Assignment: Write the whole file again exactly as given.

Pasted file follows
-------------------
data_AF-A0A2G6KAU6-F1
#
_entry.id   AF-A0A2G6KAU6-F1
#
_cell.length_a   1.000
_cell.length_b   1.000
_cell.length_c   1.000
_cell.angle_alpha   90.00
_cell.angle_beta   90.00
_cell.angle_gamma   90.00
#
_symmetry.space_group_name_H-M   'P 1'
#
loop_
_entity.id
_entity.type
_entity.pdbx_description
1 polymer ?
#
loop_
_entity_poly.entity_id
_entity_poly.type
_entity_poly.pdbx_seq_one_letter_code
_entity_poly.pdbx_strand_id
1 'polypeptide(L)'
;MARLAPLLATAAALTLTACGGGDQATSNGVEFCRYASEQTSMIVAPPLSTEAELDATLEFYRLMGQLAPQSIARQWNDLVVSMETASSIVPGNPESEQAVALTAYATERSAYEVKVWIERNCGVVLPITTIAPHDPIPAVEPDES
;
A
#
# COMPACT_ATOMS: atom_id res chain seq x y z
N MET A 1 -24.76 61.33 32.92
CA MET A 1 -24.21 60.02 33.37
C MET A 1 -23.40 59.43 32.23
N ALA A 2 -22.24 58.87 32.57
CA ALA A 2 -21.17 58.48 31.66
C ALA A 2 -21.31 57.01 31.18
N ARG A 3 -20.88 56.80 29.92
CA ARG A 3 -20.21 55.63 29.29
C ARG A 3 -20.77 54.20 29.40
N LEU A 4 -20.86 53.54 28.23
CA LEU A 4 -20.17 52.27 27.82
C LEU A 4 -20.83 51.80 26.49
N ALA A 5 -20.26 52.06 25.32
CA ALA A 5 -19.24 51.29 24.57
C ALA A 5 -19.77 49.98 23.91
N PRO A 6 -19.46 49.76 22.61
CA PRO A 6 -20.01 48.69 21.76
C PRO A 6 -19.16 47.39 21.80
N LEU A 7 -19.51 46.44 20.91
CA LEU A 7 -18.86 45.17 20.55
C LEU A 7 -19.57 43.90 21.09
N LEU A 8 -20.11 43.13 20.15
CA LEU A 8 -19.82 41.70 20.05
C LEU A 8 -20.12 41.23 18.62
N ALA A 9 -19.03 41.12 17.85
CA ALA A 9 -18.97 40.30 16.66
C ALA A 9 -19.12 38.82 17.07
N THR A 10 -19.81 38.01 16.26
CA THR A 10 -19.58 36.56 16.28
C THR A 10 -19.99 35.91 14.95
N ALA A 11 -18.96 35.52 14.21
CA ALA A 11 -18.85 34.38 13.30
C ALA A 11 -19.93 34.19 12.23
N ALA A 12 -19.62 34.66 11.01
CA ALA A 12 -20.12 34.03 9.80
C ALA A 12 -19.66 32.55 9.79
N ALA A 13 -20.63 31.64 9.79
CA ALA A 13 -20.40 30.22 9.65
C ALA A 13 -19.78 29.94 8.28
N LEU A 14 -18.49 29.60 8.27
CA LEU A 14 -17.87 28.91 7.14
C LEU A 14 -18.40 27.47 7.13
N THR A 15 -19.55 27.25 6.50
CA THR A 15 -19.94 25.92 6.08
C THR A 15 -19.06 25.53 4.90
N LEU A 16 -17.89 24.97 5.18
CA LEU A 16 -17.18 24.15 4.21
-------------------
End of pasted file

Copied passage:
data_AF-A0A2G6KAU6-F1
#
_entry.id   AF-A0A2G6KAU6-F1
#
_cell.length_a   1.000
_cell.length_b   1.000
_cell.length_c   1.000
_cell.angle_alpha   90.00
_cell.angle_beta   90.00
_cell.angle_gamma   90.00
#
_symmetry.space_group_name_H-M   'P 1'
#
loop_
_entity.id
_entity.type
_entity.pdbx_description
1 polymer ?
#
loop_
_entity_poly.entity_id
_entity_poly.type
_entity_poly.pdbx_seq_one_letter_code
_entity_poly.pdbx_strand_id
1 'polypeptide(L)'
;MARLAPLLATAAALTLTACGGGDQATSNGVEFCRYASEQTSMIVAPPLSTEAELDATLEFYRLMGQLAPQSIARQWNDLVVSMETASSIVPGNPESEQAVALTAYATERSAYEVKVWIERNCGVVLPITTIAPHDPIPAVEPDES
;
A
#
# COMPACT_ATOMS: atom_id res chain seq x y z
N MET A 1 -24.76 61.33 32.92
CA MET A 1 -24.21 60.02 33.37
C MET A 1 -23.40 59.43 32.23
N ALA A 2 -22.24 58.87 32.57
CA ALA A 2 -21.17 58.48 31.66
C ALA A 2 -21.31 57.01 31.18
N ARG A 3 -20.88 56.80 29.92
CA ARG A 3 -20.21 55.63 29.29
C ARG A 3 -20.77 54.20 29.40
N LEU A 4 -20.86 53.54 28.23
CA LEU A 4 -20.17 52.27 27.82
C LEU A 4 -20.83 51.80 26.49
N ALA A 5 -20.26 52.06 25.32
CA ALA A 5 -19.24 51.29 24.57
C ALA A 5 -19.77 49.98 23.91
N PRO A 6 -19.46 49.76 22.61
CA PRO A 6 -20.01 48.69 21.76
C PRO A 6 -19.16 47.39 21.80
N LEU A 7 -19.51 46.44 20.91
CA LEU A 7 -18.86 45.17 20.55
C LEU A 7 -19.57 43.90 21.09
N LEU A 8 -20.11 43.13 20.15
CA LEU A 8 -19.82 41.70 20.05
C LEU A 8 -20.12 41.23 18.62
N ALA A 9 -19.03 41.12 17.85
CA ALA A 9 -18.97 40.30 16.66
C ALA A 9 -19.12 38.82 17.07
N THR A 10 -19.81 38.01 16.26
CA THR A 10 -19.58 36.56 16.28
C THR A 10 -19.99 35.91 14.95
N ALA A 11 -18.96 35.52 14.21
CA ALA A 11 -18.85 34.38 13.30
C ALA A 11 -19.93 34.19 12.23
N ALA A 12 -19.62 34.66 11.01
CA ALA A 12 -20.12 34.03 9.80
C ALA A 12 -19.66 32.55 9.79
N ALA A 13 -20.63 31.64 9.79
CA ALA A 13 -20.40 30.22 9.65
C ALA A 13 -19.78 29.94 8.28
N LEU A 14 -18.49 29.60 8.27
CA LEU A 14 -17.87 28.91 7.14
C LEU A 14 -18.40 27.47 7.13
N THR A 15 -19.55 27.25 6.50
CA THR A 15 -19.94 25.92 6.08
C THR A 15 -19.06 25.53 4.90
N LEU A 16 -17.89 24.97 5.18
CA LEU A 16 -17.18 24.15 4.21